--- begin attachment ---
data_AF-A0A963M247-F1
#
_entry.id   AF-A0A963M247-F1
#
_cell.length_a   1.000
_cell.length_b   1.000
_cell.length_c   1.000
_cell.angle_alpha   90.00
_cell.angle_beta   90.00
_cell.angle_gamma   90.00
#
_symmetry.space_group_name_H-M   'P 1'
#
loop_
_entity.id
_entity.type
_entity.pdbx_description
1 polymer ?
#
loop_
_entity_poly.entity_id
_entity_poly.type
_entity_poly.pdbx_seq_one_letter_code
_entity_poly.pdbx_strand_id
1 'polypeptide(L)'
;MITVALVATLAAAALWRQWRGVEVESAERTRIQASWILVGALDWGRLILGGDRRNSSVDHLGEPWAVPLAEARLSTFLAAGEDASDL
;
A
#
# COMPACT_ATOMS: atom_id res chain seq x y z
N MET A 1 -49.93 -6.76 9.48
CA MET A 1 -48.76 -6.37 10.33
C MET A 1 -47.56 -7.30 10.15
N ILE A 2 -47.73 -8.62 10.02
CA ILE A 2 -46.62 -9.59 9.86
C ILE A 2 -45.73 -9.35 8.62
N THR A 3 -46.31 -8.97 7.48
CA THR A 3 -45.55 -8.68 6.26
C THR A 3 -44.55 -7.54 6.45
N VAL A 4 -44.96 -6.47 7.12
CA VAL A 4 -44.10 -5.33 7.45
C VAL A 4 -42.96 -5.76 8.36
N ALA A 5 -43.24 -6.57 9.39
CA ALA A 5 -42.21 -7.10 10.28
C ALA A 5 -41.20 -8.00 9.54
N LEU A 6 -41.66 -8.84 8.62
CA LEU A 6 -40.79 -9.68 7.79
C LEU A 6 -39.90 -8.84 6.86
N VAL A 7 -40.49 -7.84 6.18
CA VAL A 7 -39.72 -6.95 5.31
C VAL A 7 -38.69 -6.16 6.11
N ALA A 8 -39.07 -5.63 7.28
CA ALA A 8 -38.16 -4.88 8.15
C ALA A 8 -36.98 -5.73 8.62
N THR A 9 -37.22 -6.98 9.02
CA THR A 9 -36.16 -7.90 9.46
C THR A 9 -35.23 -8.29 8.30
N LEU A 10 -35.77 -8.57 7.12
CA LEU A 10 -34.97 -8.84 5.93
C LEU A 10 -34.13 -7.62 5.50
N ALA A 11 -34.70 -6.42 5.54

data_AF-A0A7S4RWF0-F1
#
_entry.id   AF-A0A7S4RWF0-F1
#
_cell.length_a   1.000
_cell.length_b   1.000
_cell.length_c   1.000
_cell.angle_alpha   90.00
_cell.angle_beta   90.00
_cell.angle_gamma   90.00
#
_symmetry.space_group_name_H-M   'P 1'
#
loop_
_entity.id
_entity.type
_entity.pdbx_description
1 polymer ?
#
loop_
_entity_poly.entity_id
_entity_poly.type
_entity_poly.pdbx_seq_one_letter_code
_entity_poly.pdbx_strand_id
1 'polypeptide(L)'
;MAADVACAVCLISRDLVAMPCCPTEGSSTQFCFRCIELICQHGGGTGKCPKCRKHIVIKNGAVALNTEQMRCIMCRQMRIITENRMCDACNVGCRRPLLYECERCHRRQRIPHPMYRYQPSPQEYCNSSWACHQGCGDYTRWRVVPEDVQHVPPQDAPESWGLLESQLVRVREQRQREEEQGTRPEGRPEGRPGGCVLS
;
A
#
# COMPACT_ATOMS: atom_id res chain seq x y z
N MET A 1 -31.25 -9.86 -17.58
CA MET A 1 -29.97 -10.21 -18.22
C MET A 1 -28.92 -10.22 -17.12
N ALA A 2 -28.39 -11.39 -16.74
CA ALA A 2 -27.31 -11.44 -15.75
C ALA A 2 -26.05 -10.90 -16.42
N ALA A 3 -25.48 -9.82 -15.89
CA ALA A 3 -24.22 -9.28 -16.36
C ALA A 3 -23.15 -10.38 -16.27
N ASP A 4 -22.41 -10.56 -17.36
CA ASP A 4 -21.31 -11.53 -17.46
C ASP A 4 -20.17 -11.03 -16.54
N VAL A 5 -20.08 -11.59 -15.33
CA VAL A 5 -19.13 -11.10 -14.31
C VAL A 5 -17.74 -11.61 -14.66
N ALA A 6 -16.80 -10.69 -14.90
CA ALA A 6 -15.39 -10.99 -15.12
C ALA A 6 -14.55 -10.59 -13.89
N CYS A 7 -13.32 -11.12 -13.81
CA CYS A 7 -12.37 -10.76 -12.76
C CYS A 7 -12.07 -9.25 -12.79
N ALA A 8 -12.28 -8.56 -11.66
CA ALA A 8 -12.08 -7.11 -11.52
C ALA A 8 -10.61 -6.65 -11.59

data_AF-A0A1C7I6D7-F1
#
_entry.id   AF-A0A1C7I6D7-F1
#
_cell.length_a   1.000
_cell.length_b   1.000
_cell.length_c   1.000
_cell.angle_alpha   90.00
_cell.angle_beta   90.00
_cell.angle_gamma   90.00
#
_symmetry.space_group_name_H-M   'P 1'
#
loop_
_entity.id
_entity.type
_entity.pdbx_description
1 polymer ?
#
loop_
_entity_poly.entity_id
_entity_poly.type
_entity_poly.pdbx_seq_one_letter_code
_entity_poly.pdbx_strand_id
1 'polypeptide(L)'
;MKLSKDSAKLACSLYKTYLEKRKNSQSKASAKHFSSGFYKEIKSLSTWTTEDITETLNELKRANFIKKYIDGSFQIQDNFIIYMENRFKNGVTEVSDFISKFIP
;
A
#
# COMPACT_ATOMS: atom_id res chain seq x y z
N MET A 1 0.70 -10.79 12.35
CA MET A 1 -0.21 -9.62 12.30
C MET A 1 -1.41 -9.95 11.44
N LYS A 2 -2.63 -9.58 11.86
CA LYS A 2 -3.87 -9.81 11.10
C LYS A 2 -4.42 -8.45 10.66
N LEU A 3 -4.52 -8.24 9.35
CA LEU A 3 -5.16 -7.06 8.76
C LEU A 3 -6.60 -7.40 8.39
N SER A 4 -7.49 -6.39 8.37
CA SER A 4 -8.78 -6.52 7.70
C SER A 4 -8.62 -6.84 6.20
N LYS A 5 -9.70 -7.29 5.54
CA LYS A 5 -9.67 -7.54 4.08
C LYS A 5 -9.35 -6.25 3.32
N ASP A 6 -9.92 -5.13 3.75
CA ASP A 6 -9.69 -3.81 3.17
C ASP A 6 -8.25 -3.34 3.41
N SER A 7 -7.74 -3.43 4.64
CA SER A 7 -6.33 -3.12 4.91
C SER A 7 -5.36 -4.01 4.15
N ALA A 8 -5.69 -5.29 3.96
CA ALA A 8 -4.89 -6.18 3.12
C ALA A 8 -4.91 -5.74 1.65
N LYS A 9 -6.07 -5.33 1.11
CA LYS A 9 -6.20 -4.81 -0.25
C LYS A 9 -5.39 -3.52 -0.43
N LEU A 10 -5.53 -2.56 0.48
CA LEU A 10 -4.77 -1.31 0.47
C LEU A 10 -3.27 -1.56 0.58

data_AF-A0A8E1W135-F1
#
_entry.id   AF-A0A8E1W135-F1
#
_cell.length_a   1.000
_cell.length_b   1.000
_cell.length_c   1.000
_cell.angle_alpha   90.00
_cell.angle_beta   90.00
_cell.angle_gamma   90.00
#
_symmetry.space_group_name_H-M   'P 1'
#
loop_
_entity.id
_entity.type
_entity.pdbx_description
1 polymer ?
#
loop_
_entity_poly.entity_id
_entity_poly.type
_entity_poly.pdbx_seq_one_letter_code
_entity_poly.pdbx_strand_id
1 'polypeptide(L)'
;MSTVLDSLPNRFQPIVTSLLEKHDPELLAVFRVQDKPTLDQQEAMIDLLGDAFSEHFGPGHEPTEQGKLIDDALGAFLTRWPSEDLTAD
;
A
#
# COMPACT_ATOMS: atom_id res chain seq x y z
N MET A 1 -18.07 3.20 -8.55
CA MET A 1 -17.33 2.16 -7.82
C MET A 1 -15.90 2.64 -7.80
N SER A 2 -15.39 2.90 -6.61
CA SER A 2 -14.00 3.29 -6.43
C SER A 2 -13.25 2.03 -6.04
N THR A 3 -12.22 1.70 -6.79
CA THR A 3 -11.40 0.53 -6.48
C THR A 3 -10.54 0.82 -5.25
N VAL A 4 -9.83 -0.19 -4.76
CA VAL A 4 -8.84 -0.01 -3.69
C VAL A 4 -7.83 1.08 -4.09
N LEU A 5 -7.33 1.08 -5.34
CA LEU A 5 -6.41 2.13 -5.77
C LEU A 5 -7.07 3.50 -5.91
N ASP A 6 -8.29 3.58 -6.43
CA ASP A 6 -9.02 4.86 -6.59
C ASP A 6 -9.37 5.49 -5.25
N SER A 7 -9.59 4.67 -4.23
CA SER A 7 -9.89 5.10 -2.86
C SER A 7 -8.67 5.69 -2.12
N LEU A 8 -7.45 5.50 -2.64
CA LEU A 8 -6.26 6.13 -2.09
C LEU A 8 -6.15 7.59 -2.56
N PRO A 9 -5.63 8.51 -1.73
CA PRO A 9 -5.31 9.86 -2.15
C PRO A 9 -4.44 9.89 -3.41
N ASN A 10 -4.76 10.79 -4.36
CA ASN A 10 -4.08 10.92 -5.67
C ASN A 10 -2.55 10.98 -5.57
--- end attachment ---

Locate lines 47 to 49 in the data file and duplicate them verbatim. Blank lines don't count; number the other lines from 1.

CA LEU A 6 -40.79 -9.68 7.79
C LEU A 6 -39.90 -8.84 6.86
N VAL A 7 -40.49 -7.84 6.18